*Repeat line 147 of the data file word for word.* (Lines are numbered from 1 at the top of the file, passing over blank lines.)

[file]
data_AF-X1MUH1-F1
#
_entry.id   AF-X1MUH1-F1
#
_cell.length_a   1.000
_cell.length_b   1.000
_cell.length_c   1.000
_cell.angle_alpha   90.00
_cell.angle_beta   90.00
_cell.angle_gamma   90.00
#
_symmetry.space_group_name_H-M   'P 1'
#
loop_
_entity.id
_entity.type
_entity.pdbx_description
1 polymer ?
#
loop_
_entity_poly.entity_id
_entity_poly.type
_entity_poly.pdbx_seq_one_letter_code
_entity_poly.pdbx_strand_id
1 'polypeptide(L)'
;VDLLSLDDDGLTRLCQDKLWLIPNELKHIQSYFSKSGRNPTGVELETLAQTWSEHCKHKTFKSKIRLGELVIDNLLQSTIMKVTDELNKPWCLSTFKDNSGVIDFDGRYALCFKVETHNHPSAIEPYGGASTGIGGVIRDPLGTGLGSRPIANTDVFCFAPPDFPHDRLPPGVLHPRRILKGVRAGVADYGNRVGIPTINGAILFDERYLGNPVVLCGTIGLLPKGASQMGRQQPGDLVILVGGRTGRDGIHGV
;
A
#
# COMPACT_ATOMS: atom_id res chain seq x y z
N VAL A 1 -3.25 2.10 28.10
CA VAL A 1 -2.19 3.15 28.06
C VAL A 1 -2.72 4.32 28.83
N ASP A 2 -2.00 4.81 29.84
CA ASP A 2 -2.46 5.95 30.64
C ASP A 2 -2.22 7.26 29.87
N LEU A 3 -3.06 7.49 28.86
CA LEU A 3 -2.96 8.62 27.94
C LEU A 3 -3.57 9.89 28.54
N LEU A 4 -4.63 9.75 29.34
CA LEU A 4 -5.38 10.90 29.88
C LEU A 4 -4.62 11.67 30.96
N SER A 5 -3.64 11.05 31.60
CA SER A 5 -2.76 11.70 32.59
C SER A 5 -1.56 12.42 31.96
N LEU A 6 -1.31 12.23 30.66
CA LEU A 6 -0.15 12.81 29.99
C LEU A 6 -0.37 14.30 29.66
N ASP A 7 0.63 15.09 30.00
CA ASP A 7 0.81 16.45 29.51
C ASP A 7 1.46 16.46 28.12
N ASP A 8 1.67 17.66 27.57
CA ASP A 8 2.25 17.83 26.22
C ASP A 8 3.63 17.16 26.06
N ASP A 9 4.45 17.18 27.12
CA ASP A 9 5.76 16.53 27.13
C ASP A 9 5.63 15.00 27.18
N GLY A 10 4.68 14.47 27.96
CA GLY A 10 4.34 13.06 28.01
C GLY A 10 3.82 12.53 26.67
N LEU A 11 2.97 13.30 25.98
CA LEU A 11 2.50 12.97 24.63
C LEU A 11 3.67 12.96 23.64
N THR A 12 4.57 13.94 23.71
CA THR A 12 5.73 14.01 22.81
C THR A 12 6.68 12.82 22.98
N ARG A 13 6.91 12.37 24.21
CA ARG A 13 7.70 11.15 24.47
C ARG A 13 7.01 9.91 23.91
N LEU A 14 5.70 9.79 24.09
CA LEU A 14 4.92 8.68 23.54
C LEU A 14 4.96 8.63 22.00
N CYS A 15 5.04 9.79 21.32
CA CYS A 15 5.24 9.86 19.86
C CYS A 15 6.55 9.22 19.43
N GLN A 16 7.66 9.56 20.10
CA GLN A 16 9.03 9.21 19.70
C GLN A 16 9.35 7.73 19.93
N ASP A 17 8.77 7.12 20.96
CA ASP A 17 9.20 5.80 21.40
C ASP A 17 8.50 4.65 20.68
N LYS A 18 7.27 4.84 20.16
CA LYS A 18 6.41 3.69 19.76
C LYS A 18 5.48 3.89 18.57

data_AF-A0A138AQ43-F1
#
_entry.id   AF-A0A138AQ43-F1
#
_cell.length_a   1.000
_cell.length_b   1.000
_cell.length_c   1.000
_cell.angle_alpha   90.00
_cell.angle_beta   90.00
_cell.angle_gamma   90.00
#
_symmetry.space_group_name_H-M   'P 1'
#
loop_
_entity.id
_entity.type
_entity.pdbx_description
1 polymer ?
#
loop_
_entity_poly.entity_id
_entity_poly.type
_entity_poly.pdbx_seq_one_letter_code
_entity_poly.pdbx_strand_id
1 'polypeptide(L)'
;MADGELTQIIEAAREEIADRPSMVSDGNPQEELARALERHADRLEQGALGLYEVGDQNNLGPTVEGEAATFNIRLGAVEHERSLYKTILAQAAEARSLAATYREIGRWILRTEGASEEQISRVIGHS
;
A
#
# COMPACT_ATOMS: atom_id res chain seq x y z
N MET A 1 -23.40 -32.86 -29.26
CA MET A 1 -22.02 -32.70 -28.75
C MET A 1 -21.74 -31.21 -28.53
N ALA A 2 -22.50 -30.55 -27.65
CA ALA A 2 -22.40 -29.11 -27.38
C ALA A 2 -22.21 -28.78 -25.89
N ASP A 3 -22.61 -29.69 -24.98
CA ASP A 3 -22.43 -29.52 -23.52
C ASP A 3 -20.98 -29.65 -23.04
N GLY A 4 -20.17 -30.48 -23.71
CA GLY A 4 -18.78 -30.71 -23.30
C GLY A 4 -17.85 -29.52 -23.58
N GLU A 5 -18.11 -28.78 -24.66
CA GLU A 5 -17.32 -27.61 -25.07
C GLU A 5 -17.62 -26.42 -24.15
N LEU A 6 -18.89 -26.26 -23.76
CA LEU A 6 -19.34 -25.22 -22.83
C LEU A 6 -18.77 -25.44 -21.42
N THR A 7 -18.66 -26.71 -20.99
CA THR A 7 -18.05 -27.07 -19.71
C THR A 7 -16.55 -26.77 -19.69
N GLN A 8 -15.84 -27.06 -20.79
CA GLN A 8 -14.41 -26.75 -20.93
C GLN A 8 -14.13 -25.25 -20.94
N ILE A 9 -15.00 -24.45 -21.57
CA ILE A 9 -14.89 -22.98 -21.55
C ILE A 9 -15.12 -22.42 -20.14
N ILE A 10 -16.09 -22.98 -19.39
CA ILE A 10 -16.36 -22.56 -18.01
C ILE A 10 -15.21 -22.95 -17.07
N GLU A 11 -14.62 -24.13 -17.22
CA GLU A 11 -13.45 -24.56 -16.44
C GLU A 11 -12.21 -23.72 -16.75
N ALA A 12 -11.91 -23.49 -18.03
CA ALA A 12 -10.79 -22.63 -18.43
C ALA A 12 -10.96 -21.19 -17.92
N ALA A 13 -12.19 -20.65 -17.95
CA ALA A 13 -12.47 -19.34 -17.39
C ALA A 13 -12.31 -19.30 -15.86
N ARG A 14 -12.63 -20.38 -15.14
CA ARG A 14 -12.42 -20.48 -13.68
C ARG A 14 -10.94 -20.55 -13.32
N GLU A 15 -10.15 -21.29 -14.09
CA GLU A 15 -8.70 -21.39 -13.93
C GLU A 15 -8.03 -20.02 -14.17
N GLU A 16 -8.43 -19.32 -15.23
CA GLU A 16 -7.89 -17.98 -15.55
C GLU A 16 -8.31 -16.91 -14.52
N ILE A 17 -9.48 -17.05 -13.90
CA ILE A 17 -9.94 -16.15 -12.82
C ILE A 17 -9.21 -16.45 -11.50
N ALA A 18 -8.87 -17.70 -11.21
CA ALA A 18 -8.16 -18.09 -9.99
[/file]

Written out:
C GLU A 11 -12.21 -23.72 -16.75